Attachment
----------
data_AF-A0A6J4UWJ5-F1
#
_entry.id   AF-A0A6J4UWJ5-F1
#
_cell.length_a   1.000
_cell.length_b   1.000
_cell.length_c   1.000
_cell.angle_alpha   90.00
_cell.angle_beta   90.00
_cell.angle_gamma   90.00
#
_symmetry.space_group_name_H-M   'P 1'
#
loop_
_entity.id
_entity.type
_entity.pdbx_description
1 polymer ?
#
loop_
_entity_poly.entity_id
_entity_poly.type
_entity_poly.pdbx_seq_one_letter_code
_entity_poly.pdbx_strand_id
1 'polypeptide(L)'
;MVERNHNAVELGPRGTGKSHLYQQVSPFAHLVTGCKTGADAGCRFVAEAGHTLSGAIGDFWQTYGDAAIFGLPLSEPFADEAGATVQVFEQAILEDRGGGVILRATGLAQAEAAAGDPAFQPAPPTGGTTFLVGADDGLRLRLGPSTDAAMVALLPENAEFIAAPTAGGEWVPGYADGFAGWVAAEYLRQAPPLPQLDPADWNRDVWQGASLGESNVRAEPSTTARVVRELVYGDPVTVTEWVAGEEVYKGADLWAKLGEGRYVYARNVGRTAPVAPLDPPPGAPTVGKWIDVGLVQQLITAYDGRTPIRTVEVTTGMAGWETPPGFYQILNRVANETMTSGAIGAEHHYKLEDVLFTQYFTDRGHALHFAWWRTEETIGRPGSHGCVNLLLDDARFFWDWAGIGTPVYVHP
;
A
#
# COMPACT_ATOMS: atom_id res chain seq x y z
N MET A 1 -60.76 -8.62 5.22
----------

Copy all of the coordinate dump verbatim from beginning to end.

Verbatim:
data_AF-A0A6J4UWJ5-F1
#
_entry.id   AF-A0A6J4UWJ5-F1
#
_cell.length_a   1.000
_cell.length_b   1.000
_cell.length_c   1.000
_cell.angle_alpha   90.00
_cell.angle_beta   90.00
_cell.angle_gamma   90.00
#
_symmetry.space_group_name_H-M   'P 1'
#
loop_
_entity.id
_entity.type
_entity.pdbx_description
1 polymer ?
#
loop_
_entity_poly.entity_id
_entity_poly.type
_entity_poly.pdbx_seq_one_letter_code
_entity_poly.pdbx_strand_id
1 'polypeptide(L)'
;MVERNHNAVELGPRGTGKSHLYQQVSPFAHLVTGCKTGADAGCRFVAEAGHTLSGAIGDFWQTYGDAAIFGLPLSEPFADEAGATVQVFEQAILEDRGGGVILRATGLAQAEAAAGDPAFQPAPPTGGTTFLVGADDGLRLRLGPSTDAAMVALLPENAEFIAAPTAGGEWVPGYADGFAGWVAAEYLRQAPPLPQLDPADWNRDVWQGASLGESNVRAEPSTTARVVRELVYGDPVTVTEWVAGEEVYKGADLWAKLGEGRYVYARNVGRTAPVAPLDPPPGAPTVGKWIDVGLVQQLITAYDGRTPIRTVEVTTGMAGWETPPGFYQILNRVANETMTSGAIGAEHHYKLEDVLFTQYFTDRGHALHFAWWRTEETIGRPGSHGCVNLLLDDARFFWDWAGIGTPVYVHP
;
A
#
# COMPACT_ATOMS: atom_id res chain seq x y z
N MET A 1 -60.76 -8.62 5.22